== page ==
The Importance of the DD 214 Release from Military Service Document

bullet imagebullet imageServing in the United States Armed Forces is a rewarding way of starting adult life for many, and the basis of a career for quite a few more. Whether putting in a single term of service or by spending a decade or more enrolled in the military, every person who signs up and successfully lives up to their particular commitment becomes entitled to a variety of benefits upon leaving. Coupled with the fact that many private and public sector employers seek to provide jobs to newly minted veterans, this means that being able to prove a record of service and satisfactory separation is a common need among those who have recently left the military.

There is one universally recognized way of doing so, in the form of a certificate known as "DD 214." Although it has evolved over the years, the basic outlines of this official document have remained the same for decades, with its fundamental purpose of verifying that a particular individual was released from a military branch on good terms remaining unchanged.

Every member of the armed forces does receive an original DD 214 upon departing for good from the military in the good graces of the service branch in question. In fact, the processing that all service members go through on their way out includes a quick briefing as to the importance of this document and the ways that it can be used in civilian life.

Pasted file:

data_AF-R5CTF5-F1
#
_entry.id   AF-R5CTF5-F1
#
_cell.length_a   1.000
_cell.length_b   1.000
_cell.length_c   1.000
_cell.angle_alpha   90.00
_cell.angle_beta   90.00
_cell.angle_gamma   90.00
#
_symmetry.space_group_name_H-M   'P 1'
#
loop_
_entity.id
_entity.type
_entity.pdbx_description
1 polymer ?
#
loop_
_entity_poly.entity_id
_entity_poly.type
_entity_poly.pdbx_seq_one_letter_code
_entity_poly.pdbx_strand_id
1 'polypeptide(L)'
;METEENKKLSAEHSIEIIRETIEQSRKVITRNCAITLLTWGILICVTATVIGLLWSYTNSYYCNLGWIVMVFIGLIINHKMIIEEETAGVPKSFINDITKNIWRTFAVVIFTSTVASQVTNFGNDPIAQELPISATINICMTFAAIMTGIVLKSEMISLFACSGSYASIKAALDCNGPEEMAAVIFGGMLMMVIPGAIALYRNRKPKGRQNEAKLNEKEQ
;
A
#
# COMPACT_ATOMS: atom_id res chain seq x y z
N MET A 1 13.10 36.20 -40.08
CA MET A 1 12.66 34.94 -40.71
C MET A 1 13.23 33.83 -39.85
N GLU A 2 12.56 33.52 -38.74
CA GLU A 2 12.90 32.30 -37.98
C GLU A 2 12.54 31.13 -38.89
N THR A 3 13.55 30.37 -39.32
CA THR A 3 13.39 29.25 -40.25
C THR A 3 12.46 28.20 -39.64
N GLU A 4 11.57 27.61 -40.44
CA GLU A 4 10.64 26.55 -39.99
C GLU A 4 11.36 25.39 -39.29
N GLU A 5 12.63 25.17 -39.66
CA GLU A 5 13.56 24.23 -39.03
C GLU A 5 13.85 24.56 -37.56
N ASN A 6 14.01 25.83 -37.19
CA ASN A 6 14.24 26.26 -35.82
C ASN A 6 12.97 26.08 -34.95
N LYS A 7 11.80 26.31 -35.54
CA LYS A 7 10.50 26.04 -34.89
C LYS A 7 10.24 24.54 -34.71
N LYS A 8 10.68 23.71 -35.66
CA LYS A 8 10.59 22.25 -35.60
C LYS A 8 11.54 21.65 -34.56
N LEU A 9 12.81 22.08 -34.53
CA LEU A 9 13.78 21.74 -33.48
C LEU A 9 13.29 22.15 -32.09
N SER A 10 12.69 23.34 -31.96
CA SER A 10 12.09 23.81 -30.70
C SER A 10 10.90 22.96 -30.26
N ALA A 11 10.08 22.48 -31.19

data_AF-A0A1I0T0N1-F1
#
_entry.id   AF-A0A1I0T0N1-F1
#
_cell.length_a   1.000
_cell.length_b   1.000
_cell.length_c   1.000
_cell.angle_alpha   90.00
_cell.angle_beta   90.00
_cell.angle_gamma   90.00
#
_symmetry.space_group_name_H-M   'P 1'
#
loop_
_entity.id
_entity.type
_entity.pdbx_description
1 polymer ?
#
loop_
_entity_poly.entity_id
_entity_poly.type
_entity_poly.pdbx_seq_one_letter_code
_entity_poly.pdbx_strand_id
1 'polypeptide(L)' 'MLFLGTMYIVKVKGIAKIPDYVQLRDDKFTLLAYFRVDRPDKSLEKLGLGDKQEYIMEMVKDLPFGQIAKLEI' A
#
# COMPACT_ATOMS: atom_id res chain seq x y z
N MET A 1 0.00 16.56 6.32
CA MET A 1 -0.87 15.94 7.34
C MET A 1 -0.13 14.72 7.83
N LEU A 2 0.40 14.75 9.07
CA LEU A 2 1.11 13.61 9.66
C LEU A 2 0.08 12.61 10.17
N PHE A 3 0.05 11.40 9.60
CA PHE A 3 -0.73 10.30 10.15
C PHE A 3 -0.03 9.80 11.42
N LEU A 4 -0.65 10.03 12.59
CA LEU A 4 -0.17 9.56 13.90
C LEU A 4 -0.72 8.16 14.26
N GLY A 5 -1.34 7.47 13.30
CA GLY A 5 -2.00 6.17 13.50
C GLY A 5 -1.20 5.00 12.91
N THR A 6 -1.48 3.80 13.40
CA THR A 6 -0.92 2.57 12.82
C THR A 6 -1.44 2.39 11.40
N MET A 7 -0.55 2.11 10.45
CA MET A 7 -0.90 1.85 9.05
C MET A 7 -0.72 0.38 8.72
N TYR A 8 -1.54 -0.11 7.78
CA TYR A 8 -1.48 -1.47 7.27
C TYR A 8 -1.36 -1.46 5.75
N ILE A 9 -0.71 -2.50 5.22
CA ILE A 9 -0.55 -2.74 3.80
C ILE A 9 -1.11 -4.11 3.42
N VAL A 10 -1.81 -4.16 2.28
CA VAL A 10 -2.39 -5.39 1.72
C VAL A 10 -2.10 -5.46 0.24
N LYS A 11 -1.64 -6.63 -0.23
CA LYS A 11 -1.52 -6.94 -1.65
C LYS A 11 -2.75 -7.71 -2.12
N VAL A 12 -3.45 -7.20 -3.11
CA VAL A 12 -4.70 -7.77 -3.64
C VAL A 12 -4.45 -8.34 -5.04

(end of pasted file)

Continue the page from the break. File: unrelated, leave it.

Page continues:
Accidents and oversights do happen, of course, so it is relatively common for veterans to find themselves without the form just when they need it most. The question of "how do I get a copy of my dd214" is one of the most commonly seen at online support forums for veterans and other places where former service members seek help.

Fortunately, it is also easily answered, with a variety of convenient means for acquiring a copy of the document now being available. In fact, veterans can request military records entirely online today at sites like that maintained by the National Archives, with only a signature needing to be sent in by mail to verify that the request is authentic and authorized.